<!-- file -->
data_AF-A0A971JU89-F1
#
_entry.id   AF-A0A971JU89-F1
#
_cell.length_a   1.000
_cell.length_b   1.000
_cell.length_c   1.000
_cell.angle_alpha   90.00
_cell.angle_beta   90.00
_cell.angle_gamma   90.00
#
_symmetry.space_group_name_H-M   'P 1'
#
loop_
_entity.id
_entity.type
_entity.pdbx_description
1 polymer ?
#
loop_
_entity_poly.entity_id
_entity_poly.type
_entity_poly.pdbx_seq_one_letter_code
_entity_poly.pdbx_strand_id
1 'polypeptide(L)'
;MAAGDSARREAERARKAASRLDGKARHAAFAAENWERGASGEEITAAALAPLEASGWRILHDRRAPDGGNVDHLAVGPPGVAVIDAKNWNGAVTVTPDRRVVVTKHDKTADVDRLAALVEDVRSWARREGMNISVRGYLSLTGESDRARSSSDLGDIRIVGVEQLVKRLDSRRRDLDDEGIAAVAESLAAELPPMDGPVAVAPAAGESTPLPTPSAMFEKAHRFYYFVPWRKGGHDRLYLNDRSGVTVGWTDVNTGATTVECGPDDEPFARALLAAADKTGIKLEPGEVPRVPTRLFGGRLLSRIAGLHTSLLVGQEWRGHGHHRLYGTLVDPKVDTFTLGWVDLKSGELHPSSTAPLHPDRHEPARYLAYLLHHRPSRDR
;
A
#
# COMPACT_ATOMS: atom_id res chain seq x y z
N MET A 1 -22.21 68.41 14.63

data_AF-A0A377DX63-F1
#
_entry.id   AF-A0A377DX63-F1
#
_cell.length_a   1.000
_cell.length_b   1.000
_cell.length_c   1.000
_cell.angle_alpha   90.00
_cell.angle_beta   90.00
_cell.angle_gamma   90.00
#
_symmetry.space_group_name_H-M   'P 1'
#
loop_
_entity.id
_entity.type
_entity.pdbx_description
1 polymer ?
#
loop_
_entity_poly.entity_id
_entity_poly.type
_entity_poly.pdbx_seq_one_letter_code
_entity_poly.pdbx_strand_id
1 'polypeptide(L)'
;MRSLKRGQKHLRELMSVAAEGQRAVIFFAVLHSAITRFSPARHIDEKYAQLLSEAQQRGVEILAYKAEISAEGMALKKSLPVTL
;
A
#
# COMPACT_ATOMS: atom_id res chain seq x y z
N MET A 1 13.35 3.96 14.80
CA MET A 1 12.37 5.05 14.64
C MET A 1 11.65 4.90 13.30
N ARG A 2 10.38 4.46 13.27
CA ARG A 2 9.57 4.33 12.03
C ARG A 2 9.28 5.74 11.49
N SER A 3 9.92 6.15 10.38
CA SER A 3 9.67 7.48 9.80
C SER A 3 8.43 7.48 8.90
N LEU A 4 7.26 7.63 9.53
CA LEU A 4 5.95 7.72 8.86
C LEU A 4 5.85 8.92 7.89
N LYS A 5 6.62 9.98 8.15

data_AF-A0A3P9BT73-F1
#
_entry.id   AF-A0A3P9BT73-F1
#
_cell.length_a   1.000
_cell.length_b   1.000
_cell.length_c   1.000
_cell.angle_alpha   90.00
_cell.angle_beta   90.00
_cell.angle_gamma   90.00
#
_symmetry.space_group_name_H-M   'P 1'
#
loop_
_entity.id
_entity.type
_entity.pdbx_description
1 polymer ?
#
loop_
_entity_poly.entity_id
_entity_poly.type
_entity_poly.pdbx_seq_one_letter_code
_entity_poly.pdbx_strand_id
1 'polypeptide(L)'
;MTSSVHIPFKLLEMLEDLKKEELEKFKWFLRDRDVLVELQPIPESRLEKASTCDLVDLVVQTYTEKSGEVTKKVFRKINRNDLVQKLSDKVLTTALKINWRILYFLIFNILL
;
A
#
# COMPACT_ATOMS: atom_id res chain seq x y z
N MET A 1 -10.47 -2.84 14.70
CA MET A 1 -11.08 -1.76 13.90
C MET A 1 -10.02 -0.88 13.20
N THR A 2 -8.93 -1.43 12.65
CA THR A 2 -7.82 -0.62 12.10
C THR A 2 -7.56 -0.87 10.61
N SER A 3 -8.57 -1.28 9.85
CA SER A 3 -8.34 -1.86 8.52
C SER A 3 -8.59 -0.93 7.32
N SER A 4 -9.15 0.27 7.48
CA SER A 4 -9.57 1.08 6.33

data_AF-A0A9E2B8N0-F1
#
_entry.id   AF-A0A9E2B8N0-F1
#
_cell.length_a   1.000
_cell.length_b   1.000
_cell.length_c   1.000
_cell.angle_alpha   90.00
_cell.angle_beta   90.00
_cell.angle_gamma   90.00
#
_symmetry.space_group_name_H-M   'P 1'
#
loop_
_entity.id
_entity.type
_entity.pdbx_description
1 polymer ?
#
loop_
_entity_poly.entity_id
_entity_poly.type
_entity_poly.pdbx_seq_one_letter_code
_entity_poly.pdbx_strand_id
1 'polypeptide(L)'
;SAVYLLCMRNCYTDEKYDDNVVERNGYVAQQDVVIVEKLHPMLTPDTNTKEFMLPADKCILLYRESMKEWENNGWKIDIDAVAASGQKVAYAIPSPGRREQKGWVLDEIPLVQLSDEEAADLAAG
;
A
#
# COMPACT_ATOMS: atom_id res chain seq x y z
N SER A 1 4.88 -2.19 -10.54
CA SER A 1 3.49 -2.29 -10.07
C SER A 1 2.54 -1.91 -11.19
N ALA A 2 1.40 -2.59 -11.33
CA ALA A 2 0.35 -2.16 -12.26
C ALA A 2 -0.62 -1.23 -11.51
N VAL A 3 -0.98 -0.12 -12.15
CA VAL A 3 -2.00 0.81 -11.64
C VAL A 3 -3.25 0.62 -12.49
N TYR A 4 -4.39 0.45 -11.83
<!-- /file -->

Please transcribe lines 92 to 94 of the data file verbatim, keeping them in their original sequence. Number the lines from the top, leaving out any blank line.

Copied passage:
1 polymer ?
#
loop_